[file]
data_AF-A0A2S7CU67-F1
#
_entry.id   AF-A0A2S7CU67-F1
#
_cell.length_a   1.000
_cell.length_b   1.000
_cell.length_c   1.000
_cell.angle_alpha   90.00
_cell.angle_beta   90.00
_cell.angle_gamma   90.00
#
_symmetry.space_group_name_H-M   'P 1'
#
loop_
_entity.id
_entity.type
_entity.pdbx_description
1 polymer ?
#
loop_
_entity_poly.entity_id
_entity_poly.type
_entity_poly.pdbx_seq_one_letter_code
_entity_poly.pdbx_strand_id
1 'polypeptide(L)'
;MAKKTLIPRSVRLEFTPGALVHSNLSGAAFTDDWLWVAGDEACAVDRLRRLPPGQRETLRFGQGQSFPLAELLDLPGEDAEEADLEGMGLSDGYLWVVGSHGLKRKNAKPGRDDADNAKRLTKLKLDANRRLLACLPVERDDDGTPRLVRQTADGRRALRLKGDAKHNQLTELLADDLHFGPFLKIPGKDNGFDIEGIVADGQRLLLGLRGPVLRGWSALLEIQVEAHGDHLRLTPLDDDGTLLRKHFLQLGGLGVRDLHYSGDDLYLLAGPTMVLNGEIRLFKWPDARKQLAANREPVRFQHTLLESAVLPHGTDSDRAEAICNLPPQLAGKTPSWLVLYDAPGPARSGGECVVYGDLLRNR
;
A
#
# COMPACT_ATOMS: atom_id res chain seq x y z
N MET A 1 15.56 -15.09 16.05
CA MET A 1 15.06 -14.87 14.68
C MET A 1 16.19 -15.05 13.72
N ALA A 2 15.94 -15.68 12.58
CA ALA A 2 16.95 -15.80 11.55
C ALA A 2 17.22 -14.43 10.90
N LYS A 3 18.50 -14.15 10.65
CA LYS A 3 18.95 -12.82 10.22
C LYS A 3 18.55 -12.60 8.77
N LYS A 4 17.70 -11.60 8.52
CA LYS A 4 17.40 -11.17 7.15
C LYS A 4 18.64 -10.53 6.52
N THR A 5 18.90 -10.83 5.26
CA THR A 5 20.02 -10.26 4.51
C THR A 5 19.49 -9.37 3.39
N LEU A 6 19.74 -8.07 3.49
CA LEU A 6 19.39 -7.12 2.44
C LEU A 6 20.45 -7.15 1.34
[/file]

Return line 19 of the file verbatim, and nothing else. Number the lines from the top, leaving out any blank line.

#